#1. Be deeply curious about your children.
This seems so obvious. But the idea is a game-changer in parenting.
I like to assume I know my children better than anyone else – even themselves.
But isn’t this a fantasy?
If I can let go of my agendas for my children (ie, what I want them to accomplish, how I want them to behave and even to look like) then I am free to be fascinated by who they are and who they were meant to be.
With this mindset, I go from wishing they were more athletic or more musical or more intellectual to yearning to know them more deeply.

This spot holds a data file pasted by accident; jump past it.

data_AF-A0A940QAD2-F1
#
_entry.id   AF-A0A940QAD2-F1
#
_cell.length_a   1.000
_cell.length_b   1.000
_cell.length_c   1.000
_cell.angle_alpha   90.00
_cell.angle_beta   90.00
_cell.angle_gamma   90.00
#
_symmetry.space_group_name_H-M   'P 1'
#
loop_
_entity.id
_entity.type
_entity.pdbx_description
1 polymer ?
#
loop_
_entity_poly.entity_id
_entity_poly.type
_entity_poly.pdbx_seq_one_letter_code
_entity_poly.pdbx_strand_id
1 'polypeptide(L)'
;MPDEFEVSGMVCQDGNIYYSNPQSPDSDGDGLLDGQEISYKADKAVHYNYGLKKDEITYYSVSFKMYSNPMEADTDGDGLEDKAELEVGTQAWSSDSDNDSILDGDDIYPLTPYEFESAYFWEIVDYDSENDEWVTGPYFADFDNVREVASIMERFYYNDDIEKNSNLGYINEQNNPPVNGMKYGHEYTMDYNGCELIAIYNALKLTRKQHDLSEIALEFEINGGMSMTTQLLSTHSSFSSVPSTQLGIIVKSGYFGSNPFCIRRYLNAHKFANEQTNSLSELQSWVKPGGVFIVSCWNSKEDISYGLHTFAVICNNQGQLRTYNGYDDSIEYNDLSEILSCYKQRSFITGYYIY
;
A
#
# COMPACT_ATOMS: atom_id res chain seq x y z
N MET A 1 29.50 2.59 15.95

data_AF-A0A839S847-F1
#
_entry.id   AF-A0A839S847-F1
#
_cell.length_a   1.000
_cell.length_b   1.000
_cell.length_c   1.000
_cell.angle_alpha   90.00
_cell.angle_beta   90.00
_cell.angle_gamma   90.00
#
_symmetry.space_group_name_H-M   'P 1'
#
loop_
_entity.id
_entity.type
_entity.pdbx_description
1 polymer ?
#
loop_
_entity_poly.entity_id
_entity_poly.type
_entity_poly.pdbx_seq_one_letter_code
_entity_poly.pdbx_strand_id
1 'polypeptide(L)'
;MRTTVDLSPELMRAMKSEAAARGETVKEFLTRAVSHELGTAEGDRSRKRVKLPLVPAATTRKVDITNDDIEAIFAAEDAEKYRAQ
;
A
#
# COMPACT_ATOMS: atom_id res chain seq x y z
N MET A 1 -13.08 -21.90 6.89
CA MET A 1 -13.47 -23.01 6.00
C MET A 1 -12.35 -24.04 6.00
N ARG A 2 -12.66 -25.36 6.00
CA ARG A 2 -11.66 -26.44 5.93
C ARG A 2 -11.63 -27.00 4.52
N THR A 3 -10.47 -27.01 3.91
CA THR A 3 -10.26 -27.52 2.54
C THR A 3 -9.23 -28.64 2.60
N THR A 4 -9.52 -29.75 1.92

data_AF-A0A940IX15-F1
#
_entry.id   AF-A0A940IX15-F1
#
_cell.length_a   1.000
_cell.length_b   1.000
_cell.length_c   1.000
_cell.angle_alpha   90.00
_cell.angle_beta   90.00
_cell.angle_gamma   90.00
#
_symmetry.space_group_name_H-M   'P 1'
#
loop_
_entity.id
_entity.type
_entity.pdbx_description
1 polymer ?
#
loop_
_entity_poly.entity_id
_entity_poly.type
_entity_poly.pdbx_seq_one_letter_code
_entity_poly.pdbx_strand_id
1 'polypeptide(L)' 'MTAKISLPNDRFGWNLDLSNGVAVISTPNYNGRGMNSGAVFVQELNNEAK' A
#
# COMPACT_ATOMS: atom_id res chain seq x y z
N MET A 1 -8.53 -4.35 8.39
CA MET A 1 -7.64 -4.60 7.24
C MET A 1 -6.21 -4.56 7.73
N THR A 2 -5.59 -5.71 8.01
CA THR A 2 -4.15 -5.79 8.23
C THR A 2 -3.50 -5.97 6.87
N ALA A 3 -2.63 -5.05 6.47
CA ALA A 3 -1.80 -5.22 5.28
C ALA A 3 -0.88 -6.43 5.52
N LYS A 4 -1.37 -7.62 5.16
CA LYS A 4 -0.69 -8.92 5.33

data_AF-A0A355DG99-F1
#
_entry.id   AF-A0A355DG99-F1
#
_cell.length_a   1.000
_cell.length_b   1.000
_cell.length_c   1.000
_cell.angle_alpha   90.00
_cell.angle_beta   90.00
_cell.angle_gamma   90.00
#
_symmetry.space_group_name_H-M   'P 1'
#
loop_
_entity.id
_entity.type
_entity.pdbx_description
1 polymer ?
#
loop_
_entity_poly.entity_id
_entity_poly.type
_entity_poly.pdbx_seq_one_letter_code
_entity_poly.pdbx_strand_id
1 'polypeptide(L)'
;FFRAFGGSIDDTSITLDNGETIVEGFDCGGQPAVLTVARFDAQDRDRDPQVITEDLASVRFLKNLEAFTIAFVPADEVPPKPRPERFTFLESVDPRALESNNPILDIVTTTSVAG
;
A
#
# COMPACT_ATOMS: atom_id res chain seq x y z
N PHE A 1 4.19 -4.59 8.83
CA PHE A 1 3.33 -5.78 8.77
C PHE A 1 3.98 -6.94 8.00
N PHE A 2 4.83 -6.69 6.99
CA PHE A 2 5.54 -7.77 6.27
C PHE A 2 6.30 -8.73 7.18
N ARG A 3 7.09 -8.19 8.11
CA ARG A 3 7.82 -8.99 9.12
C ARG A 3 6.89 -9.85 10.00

My favorite moment in the novel, The Education of Little Tree, is when the Native American protagonist explains that in his grandparents’ language they don’t say, “I love you” to each other. They say, “I understand you,” to express their deepest relational connection.
The best ending of any day with my children is when I can say, “I learned something new about you today. Let me share what I learned.”